Asphalt volcanos really do exist on the ocean floor. They leak natural gas, oil, and the same type of black glop we use for road pavement. They have been oozing for who knows how long, although scientists discovered them only 15 or so years ago. Unique sea creatures team up to eat their petroleum products. How could any living thing live off natural gas?
We know of special bacteria that eat oil. For example, they cleaned up the Gulf of Mexico after the Deepwater Horizon oil spill more quickly than some thought possible.1 But the mussels, sea worms, crabs, sponges, and other animals that thrive on the slopes of asphalt volcanos cannot eat oil.
Researchers discovered how they live. Turns out, gas-eating bacteria live inside the gill cells of seafloor mussels. The bacteria also live inside sponge tissues.2
Mussels use their gills not only for vital gas exchange, but also to absorb nutrients from seawater. In this case, they also supply little homes in which bacteria live—but the mussels charge rent. The bacteria convert nearby oil-associated gases like butane, ethane, and propane into carbon compounds useful for life. The bacteria extract enough energy and carbon to meet their own needs, plus those of their mussel landlords.
This symbiotic partnership inspires a good creation question: How did such completely different life forms ever begin working so closely together in the first place? It may sound too simplistic to say that God created them to work together, but when considering how unlikely these creatures could ever have figured it out on their own, the God explanation floats to the top.
If this setup evolved naturally instead of God making it, then long ago some bacteria must have tried to penetrate a mussel gill cell. The mussel would have defended itself against such an invasion. What would motivate gill cells to allow bacteria to enter? They don’t see big pictures or potential symbiotic relationships. How would they know to make an exception to infection for bacteria that might supply vital nutrients from unlikely compounds like propane? Clearly, God saw the big picture. He has the skill and wisdom to craft this sea floor odd couple into a flourishing partnership.
And as a bonus, the symbiotic mussels and sponges constantly clean propane and its chemical cousins from ocean water. Meanwhile, free-living bacteria mop up thicker petroleum products such as oil. This prompts a second creation question: How can these edible petroleum products keep surfacing after millions of years?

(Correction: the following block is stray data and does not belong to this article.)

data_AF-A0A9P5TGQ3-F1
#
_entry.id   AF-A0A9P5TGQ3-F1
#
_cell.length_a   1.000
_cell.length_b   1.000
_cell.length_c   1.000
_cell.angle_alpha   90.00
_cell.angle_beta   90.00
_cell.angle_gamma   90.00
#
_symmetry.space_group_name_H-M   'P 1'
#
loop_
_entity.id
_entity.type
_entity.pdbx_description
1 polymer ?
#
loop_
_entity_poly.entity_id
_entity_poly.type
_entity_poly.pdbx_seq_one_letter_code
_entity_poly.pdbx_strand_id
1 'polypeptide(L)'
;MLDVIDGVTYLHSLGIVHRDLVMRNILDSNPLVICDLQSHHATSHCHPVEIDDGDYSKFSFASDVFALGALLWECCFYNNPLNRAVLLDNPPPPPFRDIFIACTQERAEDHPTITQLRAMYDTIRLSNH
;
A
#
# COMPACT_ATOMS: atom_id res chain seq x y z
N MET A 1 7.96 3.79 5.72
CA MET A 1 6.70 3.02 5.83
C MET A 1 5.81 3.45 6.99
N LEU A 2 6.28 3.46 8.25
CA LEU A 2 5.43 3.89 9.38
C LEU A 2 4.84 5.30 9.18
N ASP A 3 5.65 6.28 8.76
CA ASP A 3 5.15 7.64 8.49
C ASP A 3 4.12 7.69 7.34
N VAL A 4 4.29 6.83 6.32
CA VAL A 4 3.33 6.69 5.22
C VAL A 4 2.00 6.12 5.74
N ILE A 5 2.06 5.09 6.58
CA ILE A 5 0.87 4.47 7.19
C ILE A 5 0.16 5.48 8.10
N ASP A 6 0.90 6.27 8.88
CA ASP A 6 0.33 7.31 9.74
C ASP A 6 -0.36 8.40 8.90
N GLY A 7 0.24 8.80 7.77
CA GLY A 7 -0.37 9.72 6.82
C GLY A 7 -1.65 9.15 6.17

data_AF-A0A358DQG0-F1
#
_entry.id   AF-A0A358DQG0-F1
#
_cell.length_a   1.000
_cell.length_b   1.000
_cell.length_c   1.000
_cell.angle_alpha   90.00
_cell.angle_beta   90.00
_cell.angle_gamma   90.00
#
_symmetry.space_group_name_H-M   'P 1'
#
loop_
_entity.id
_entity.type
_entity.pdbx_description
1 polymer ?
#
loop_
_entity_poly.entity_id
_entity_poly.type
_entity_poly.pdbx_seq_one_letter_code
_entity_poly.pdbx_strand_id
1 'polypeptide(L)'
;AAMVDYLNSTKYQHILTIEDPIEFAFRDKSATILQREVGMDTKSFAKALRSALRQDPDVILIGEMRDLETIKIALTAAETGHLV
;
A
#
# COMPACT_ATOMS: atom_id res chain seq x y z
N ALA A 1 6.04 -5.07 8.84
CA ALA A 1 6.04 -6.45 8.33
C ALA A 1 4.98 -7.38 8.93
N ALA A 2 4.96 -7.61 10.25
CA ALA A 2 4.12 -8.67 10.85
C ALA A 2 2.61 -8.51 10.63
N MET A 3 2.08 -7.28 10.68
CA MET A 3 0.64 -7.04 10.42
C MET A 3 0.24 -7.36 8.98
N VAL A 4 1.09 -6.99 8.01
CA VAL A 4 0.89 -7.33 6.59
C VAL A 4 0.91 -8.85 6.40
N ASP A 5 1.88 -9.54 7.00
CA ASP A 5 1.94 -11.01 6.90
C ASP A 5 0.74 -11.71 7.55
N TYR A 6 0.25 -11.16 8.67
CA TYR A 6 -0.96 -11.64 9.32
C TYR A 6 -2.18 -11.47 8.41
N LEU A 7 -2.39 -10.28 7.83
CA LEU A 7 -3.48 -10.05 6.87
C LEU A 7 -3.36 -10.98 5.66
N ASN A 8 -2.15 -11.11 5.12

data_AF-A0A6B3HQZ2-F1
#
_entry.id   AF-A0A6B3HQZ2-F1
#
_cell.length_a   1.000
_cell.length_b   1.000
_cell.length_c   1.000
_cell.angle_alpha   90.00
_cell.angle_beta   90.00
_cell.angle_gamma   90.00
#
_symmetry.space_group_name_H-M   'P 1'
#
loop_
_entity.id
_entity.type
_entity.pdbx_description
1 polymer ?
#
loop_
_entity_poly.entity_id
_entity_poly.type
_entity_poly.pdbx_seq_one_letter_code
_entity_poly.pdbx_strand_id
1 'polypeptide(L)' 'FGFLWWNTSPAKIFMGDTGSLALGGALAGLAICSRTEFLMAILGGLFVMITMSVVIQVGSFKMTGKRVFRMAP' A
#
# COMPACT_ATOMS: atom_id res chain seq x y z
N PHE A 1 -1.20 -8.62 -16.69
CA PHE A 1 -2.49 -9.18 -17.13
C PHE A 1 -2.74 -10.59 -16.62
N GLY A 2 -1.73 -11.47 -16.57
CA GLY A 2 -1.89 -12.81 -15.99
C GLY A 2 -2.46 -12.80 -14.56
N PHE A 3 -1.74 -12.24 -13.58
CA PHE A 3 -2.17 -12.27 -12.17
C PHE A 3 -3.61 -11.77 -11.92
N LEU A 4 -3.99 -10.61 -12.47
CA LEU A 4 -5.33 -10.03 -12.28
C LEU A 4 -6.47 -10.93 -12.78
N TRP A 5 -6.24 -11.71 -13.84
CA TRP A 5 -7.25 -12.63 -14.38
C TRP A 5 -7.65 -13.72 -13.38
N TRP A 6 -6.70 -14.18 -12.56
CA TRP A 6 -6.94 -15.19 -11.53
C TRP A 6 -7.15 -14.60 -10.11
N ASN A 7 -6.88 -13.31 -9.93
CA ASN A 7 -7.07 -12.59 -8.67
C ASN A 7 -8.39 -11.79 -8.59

Oil comes from buried life forms (mostly algae) and still rises from the ground. If those life forms were buried millions of years ago, shouldn’t all the oil and natural gas from their baked bodies have risen up for bacteria to eat long ago? Shouldn’t these symbiotic mussels be extinct by now, having lost their nutritious oil supply?
The recent Genesis Flood better explains the existence of oil and its vast reserves around the world.3 The Flood only needed to bury about a tenth of the amount of algae found in today’s oceans to supply all of today’s known oil reservoirs.4 Since it happened only thousands of years ago, no wonder oil continues to rise today. Genesis creation explains the symbiotic design behind mussels and propane-digesting bacteria, and the Genesis Flood explains why those mussels and bacteria still have plenty to eat.
- Thomas, B. Oil-eating Bacteria Are Cleaning Up Gulf. Creation Science Update. Posted on ICR.org August 27, 2010, accessed June 22, 2017.
- Oil as energy source for deep-sea creatures. Max Planck Gesellschaft Research News. Posted on mpg.de June 20, 2017, accessed June 20, 2017.
- Clarey, T. 2013. Oil, Fracking, and a Recent Global Flood. Acts & Facts. 42 (10): 14-15.
- Woodmorappe, J. 1986. The Antediluvian Biosphere and Its Capability of Supplying the Entire Fossil Record. In Proceedings of the First International Conference on Creationism, vol. II. R. E. Walsh, et al., eds. Pittsburgh, PA: Creation Science Fellowship, Inc., 205-213; Technical Symposium Sessions and Additional Topics.
*Mr. Thomas is Science Writer at the Institute for Creation Research and earned his M.S. in biotechnology from Stephen F. Austin State University.
Article posted on July 6, 2017.